Bureaucratic red tape apparently has blocked, at least until the end of the month, federal funds to operate the Southern Maryland Head Start program. As a result, more than 300 children in the program had to stay home yesterday, according to Head Start administrators in Charles, Calvert and St. Mary's counties.
Jean Williams, director of the tricounty program said Head Start does not have the money to transport or feed the children enrolled in the pre-school enrichment program or to pay rent for the buildings it occupies.
She said no federal funds have been received since early September and the program has had to borrow money to meet its payroll for the last three weeks.
The reasons why the funds have been held up were not clear yesterday, despite numerous inquiries to officials at various levels of government.
"It sounds like a typical government snafu . . . its unfortunate, especially when children are involved," said one federal Head Start official, who asked not to be identified.
David Dukes, deputy assistant secretary of finance for the Department of Health, speculated that the funding problem may have been tied to the current debate over HEW's proposed 1978 fiscal budget.
According to Dukes, it is possible that the funds for the local program - even though they were part of the 1977 fiscal budget - could have been placed in a freeze after Sept. 30 when that budget expired.
Local officials, who say they were told that their funding package "may have been forgotten on someone's desk," have obtained the support of parents who have said they will ask their county governments to provide loans to support the Head Start program.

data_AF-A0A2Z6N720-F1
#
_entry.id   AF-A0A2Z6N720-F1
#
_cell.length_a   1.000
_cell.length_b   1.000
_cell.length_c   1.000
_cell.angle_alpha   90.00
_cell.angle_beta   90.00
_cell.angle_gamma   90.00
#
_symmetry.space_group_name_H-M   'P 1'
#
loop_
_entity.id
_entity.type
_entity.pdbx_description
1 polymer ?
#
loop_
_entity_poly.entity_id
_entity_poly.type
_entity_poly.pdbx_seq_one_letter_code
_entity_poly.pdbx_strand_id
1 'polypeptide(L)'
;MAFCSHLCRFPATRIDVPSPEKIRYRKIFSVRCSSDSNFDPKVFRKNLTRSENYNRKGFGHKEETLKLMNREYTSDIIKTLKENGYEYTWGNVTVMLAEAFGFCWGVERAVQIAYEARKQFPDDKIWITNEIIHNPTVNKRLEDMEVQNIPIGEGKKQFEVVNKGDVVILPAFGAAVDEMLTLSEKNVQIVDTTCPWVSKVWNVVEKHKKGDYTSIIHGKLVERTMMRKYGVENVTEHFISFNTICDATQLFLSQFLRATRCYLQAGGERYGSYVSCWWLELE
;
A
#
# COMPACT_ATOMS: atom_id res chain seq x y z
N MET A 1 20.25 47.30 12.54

Yesterday, at the urging of a group of parents, the Calvert County government tentatively approved a $10,000 emergency loan to help the 81 centers in that county. Head Start officials say the money will enable them to open the Calvert County centers Thursday if there are no delays in the loan.
Parents in both St. Mary's and Charles counties plan to meet today to request emergency loans for their counties as well. If they are successful, local Head Start officials say they will be able to open the preschool centers in both counties by Monday.
Tricounty director Williams and other local Head Start officials said they have already borrowed all they can in an effort to make up for the $43,000 a month in federal aid that has failed to arrive.
When federal funds did not come through in September, the officials decided to ask the local Community Action Program for a $25,000 loan to meet payroll and other costs. That money soon ran out and the Head Start officials who still had not heard about their federal funding asked for another $10,000 from that same organization last Wednesday.
When they realized they were not going to receive their federal aid they immediately, met with their employees to inform them that they might not get paid.
Randy Smith educational coordinator for the Head Start program, said the employees at first agreed to work without pay, but later decided to shut down classes after they were informed of the uncertanity over when the federal funds would arrive.
Local officials said they were told only last week by the HEW regional office in Philadelphia, which controls the federal grant for their program, that their funding had been arranged in late September.
Leon Testa, a spokesman for Philadelphia office, said his office notified local officials last week that they would be receiving their money Oct. 30. He said he could not explain the delay and added that the final action for the grant takes place in the HEW accounting offices in Washington.
Local Head Start director Williams said, "We are told that the Federal Reserve Bank will be issuing a letter of authorization for $83,000 that will take effect Oct. 30" to cover aid that was due in October and most of September.
The program is available for children of low-and moderate-income families. A number of parents with children in the program said yesterday that its closure could impose large financial burdens on them because they will be forced to hire baby-sisters. A number also said Sead Start has had tremendous impact on their children by giving them education that is otherwise unavailable.